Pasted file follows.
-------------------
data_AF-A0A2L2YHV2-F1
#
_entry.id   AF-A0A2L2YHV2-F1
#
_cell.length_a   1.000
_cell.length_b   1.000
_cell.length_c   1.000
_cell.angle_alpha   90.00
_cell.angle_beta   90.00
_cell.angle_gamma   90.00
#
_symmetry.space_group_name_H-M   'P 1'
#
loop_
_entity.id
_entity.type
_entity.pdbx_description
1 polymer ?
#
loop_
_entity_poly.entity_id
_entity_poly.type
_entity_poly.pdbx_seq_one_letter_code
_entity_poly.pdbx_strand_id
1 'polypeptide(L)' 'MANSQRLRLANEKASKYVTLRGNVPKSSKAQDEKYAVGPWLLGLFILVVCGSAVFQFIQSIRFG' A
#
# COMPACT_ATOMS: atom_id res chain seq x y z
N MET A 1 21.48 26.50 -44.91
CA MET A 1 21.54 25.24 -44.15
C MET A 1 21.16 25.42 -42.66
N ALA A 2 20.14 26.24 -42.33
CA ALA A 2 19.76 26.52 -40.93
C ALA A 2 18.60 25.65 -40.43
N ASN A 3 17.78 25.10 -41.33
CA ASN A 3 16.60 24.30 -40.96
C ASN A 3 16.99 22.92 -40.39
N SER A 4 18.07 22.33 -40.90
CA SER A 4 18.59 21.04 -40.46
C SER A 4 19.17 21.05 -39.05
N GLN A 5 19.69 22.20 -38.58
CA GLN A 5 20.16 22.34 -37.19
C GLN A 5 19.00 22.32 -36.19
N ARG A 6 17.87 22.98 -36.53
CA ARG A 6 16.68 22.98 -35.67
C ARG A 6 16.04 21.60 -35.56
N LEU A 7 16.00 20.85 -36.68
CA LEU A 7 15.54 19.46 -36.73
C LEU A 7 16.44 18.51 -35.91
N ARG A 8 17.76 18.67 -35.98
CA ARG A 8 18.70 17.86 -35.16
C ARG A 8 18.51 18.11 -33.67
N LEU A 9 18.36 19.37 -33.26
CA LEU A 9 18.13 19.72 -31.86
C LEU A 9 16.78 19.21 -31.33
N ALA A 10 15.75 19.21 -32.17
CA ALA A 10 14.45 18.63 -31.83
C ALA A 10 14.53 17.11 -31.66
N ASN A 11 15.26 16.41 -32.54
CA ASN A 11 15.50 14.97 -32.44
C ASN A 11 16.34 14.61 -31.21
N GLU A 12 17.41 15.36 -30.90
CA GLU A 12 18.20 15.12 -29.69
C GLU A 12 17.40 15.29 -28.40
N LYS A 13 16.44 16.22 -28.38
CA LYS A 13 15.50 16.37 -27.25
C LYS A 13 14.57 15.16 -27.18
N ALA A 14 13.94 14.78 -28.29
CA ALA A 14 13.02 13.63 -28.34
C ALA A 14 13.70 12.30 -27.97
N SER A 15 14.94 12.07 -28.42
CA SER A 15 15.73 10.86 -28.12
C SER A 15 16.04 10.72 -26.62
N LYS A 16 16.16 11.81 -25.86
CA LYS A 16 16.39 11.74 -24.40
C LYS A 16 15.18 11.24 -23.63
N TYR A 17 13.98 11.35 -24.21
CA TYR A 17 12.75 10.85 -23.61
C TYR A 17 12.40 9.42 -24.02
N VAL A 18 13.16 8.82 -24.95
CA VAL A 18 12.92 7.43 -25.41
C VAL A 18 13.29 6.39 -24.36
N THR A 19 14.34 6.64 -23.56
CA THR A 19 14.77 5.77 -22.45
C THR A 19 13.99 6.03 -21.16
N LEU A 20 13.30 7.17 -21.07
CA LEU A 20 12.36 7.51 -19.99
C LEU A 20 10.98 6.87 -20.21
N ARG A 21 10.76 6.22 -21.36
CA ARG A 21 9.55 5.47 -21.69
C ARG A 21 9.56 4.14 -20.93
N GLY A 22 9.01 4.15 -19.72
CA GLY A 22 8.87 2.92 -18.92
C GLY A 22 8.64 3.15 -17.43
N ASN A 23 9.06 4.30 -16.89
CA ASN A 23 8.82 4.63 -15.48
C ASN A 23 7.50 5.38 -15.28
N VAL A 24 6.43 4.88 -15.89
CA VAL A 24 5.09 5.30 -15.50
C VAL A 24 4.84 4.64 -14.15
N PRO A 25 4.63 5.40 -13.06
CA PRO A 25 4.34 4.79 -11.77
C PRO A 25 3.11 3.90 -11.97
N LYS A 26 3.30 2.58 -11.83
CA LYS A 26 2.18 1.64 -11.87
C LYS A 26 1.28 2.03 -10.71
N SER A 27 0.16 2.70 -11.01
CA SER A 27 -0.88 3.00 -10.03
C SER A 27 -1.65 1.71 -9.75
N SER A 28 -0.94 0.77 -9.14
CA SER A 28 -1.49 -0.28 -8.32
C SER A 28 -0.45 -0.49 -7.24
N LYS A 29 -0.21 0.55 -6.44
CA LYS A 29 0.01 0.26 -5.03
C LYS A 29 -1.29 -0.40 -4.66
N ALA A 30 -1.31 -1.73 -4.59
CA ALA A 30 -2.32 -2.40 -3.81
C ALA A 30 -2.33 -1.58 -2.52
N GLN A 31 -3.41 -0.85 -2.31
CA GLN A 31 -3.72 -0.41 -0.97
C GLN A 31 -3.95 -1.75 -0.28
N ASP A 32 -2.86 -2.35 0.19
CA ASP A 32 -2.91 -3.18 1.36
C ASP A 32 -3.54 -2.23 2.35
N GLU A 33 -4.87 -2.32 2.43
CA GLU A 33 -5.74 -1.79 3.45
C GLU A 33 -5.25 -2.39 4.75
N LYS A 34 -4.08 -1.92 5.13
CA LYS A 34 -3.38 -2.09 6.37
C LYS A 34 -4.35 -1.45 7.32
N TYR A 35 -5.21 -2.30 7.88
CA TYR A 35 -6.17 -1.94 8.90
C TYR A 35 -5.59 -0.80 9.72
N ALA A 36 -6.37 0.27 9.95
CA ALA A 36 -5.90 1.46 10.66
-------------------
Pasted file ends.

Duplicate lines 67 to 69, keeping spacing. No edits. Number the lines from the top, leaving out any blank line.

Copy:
N ALA A 14 13.94 14.78 -28.29
CA ALA A 14 13.02 13.63 -28.34
C ALA A 14 13.70 12.30 -27.97